A veneer is a thin layer of porcelain that is bonded to the surface of a tooth to improve its esthetics or to protect a damaged tooth.
How Are Porcelain Veneers Done?
Porcelain veneers generally require two office visits. On the first visit, the enamel on the existing tooth may be reduced to help make room for the veneer.
An impression of the reduced tooth is taken so that the porcelain veneer can be constructed in the in-house dental lab.
On your second visit, the remaining enamel surface of the tooth and inside portion of the constructed veneer are etched and coated with a resin cement, and the veneer is bonded to place on the tooth.
Once placed, a high-intensity light is projected on the veneer to harden the bonding material that cements it in place. The resulting veneer looks like a natural tooth, and the surrounding gum tissue is healthy.
Am I a Candidate for Porcelain Veneers?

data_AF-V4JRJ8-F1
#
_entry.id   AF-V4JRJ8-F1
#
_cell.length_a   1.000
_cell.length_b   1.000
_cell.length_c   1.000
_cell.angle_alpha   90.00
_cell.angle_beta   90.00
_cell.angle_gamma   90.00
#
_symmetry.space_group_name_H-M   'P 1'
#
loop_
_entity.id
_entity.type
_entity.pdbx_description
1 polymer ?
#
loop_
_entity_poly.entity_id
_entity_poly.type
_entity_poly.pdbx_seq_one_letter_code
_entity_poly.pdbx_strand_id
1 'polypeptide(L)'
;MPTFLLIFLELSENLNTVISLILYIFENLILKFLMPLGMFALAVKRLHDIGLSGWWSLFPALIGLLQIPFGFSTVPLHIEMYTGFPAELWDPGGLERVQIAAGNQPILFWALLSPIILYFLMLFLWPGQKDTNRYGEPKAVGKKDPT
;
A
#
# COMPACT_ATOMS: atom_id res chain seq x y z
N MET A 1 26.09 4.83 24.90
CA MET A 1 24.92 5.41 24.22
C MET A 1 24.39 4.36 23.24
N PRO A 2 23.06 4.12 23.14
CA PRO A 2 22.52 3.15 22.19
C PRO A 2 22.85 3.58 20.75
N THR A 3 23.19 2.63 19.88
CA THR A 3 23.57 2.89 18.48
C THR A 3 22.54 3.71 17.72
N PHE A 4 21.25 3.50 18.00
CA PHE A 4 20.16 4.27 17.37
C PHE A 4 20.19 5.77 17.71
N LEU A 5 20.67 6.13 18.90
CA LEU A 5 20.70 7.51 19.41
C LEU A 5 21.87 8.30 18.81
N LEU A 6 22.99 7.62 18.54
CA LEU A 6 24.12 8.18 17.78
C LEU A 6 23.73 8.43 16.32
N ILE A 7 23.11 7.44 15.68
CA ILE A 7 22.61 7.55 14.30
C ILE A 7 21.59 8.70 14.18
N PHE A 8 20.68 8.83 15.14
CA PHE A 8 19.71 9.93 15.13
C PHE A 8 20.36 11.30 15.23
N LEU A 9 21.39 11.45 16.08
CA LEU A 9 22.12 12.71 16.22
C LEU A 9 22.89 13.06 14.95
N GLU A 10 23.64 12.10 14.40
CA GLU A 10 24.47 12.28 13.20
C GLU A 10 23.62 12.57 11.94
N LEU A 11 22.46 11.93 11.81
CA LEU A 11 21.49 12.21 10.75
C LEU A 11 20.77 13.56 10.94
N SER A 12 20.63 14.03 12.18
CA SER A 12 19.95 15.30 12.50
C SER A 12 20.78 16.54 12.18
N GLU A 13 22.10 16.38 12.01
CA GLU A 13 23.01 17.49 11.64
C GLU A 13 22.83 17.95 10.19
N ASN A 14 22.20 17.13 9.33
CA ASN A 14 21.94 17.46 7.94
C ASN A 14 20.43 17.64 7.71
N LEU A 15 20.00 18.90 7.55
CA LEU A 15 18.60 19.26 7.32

Porcelain veneers are considered the ideal choice for enhancing most smiles. Veneers can be used to correct an array of cosmetic issues such as worn teeth, discoloration, and chipped or uneven teeth. If you crave a gorgeous smile veneers might be right for you. Porcelain veneers can provide more proportional accuracy than bonding, and will not stain or chip as frequently as bonding.
Maintaining Porcelain Veneers
Porcelain Veneers should be treated like normal teeth with a few exceptions. Avoid ripping or tearing motions such as using your veneers as a tool for biting nails or opening plastic bags. Avoid biting down on nuts, ice, finger nails or other hard items, as this can damage dental veneers.
Remember, veneers are attached to the front of your tooth, so any movement that causes the veneer to twist or pull away from your natural tooth is to be avoided. Ever 6 months fluoride treatment is also recommended.